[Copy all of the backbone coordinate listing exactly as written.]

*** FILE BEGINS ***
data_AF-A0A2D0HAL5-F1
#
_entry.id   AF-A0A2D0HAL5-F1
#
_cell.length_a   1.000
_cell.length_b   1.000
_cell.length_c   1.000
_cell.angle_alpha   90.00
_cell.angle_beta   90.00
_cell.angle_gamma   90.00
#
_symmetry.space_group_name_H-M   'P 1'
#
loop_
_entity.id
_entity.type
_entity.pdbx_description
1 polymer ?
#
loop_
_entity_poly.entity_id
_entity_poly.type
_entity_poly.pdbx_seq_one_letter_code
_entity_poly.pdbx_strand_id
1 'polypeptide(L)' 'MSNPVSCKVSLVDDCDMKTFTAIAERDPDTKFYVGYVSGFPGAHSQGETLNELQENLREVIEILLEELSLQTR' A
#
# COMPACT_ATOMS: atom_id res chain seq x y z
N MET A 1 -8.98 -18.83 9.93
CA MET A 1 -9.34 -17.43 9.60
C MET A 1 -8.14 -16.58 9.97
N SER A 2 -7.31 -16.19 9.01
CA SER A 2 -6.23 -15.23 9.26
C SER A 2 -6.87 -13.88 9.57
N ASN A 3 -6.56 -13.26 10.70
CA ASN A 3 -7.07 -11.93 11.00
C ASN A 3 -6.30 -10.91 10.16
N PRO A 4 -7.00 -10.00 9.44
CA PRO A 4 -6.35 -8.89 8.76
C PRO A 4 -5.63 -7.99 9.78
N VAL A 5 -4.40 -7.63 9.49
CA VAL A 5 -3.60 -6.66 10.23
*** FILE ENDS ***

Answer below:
data_AF-A0A2D0HAL5-F1
#
_entry.id   AF-A0A2D0HAL5-F1
#
_cell.length_a   1.000
_cell.length_b   1.000
_cell.length_c   1.000
_cell.angle_alpha   90.00
_cell.angle_beta   90.00
_cell.angle_gamma   90.00
#
_symmetry.space_group_name_H-M   'P 1'
#
loop_
_entity.id
_entity.type
_entity.pdbx_description
1 polymer ?
#
loop_
_entity_poly.entity_id
_entity_poly.type
_entity_poly.pdbx_seq_one_letter_code
_entity_poly.pdbx_strand_id
1 'polypeptide(L)' 'MSNPVSCKVSLVDDCDMKTFTAIAERDPDTKFYVGYVSGFPGAHSQGETLNELQENLREVIEILLEELSLQTR' A
#
# COMPACT_ATOMS: atom_id res chain seq x y z
N MET A 1 -8.98 -18.83 9.93
CA MET A 1 -9.34 -17.43 9.60
C MET A 1 -8.14 -16.58 9.97
N SER A 2 -7.31 -16.19 9.01
CA SER A 2 -6.23 -15.23 9.26
C SER A 2 -6.87 -13.88 9.57
N ASN A 3 -6.56 -13.26 10.70
CA ASN A 3 -7.07 -11.93 11.00
C ASN A 3 -6.30 -10.91 10.16
N PRO A 4 -7.00 -10.00 9.44
CA PRO A 4 -6.35 -8.89 8.76
C PRO A 4 -5.63 -7.99 9.78
N VAL A 5 -4.40 -7.63 9.49
CA VAL A 5 -3.60 -6.66 10.23